A call priority system is used to assign an appropriate priority to the call based on its source. Triple Zero calls are given the highest priority to ensure they are always answered by the next appropriate and available call-taker.

Figure 1A describes the different types of emergency and non-emergency calls taken by ESTA.

Figure 1A

Sources of ESTA emergency and non-emergency calls

Type of call

Source

Triple Zero emergency calls transferred by Telstra

Originates from landline or mobile phone and is the primary method of getting an ESO to an emergency situation.

112 emergency calls transferred by Telstra

Originates from mobile phones as an alternative to Triple Zero. 112 is the internationally recognised emergency call number under the International Telecommunication Union Global System for Mobile Communications mobile phone standard.

1300 calls directly from police stations and police members

Most police stations have a 'hotline' to ESTA for emergencies reported directly to police stations.

Police members also have a 1300 number to report events or any emergencies they may encounter.

106 (Emergency Call)

Relay service for deaf and speech impaired people. Calls are received by the National Relay Service centre and forwarded to ESTA as a voice Triple Zero call.

Alarms, including fire and monitored security alarms

Originates from third party alarm monitoring service providers.

132 500 SES emergency calls

Originates from landline or mobile phone for assistance with flood, storm, tsunami or earthquake incidents. Calls initiated in Victoria are automatically forwarded directly to ESTA.

Non-emergency ambulance calls

Originates from appropriate health professionals such as registered medical practitioners for patients requiring assistance while being transported. Any such request relates to a non-emergency ambulance required at a future time.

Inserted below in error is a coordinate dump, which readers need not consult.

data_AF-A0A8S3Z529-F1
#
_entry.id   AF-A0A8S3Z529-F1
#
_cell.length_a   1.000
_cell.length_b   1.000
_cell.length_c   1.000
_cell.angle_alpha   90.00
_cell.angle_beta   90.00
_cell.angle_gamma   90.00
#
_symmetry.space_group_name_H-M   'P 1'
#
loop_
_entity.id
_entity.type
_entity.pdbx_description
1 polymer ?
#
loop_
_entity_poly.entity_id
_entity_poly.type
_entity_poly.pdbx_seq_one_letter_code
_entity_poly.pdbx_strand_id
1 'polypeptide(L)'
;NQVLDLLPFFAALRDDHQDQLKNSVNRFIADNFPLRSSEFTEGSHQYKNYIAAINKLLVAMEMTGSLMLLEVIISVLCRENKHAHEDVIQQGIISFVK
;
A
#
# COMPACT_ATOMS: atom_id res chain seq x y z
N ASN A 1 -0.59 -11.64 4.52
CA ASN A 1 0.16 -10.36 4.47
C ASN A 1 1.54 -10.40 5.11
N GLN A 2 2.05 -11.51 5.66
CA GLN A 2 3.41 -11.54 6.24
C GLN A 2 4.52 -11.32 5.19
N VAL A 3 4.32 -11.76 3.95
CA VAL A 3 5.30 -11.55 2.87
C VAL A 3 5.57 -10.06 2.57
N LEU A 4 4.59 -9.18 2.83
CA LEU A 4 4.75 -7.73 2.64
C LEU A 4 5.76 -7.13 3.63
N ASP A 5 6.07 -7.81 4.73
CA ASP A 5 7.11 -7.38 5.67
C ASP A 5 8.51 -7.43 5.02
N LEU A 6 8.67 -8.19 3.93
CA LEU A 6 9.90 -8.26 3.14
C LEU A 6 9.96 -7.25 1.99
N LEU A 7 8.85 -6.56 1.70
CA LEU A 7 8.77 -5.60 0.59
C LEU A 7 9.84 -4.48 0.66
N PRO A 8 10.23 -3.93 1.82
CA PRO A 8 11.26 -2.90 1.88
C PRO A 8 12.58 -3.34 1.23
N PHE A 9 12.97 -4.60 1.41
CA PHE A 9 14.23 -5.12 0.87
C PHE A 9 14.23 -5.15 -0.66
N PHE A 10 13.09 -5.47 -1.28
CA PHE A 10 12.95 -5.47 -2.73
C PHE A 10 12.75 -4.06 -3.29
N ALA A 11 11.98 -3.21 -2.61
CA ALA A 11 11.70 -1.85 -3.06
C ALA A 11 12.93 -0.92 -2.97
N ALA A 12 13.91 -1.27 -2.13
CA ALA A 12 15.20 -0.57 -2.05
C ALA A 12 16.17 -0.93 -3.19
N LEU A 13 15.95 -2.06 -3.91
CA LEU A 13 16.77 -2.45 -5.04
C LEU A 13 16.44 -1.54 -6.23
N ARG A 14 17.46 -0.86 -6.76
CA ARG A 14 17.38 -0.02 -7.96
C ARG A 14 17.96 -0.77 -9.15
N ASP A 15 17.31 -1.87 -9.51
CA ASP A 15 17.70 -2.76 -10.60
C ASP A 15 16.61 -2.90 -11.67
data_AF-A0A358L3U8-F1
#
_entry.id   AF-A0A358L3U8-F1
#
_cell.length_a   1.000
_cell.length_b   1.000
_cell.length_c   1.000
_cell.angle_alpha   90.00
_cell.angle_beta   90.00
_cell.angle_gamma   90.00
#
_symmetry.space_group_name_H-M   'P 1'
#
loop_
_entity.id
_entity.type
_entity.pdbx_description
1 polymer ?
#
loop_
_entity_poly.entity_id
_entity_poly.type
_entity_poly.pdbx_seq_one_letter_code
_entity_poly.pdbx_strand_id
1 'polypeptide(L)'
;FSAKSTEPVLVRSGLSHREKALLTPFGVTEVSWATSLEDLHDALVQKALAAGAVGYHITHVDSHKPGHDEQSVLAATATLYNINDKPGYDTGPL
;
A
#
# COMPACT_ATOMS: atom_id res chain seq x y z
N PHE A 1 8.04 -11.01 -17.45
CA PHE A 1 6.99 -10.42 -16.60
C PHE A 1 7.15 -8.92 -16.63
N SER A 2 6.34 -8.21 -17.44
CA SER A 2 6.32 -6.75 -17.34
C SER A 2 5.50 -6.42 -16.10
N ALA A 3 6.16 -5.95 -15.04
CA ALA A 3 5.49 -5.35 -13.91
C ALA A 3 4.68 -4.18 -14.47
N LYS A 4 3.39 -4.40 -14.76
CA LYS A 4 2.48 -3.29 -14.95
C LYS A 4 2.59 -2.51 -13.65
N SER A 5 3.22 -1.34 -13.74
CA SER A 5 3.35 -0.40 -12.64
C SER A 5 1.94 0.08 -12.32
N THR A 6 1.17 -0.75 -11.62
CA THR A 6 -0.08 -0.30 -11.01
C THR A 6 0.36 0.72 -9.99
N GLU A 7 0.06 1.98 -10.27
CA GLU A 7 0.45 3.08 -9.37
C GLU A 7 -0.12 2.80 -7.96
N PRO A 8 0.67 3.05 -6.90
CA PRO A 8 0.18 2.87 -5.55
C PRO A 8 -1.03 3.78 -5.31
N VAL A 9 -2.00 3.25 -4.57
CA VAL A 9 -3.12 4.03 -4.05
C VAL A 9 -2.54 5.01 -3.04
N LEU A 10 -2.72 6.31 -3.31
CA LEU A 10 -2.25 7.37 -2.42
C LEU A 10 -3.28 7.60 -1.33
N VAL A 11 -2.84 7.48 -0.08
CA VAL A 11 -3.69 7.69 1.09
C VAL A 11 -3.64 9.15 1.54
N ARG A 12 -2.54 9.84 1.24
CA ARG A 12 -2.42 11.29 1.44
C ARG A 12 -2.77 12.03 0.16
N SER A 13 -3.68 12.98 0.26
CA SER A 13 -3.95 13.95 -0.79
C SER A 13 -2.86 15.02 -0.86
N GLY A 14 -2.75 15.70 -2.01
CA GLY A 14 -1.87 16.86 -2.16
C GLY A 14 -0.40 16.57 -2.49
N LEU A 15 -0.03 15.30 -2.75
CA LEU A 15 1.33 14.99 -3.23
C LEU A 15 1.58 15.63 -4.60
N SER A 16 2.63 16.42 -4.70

Planned burn calls

Originates from persons calling to advise of their intention to burn off grass, stubble, weeds, undergrowth or other vegetation outside the designated fire danger period.

Calls from external agencies

Airports, CityLink, public transport operators, VicRoads, Port of Melbourne Corporation, etc. calls for assistance.

Source: Victorian Auditor-General's Office

1.5.1 Incoming call queuing arrangements

ESTA's incoming call activities are managed through a call queuing system which normally has a separate queue for police, fire, ambulance or VicSES calls. ESTA's call‑taking process is shown in Figure 1B.

Figure 1B

ESTA call-taking process

ESTA's call‑taking process is shown in Figure 1B.

Source: Victorian Auditor-General's Office.

Each queue is serviced by a team of ESTA call-takers who establish the nature of the emergency and determine the type of response required at the incident. This key information is recorded in the Computer Aided Dispatch (CAD) system as an 'event' and is then released for dispatch.

ESTA dispatch operators are allocated to either police, VicSES, fire or ambulance to dispatch appropriate resources as required and to manage events.

Each dispatch operator has responsibility for dispatching the relevant ESO responder to an event using the CAD system and communicating with the ESO units through:

  • voice—telephone or radio
  • mobile data terminals—if fitted in vehicles
  • pagers—if carried by responders.

Dispatchers also oversee the safety of operational police, ambulance, fire and VicSES responders and provide a communications link for any requests from them for further resources or information.

1.6 Critical ICT systems

A range of information and communications technology (ICT) systems enable ESTA and the ESOs to fulfil their respective responsibilities. Most of these systems are managed by ESTA on behalf of the state, while others are provided by DOJ, the Department of Environment and Primary Industries (DEPI), CFA and AV. The primary ICT systems and their interrelations with ESTA and the ESOs are shown in Figure 1C.

Figure 1C

Primary communications networks used by ESTA to manage ESOs

The primary ICT systems and their interrelations with ESTA and the ESOs are shown in Figure 1C.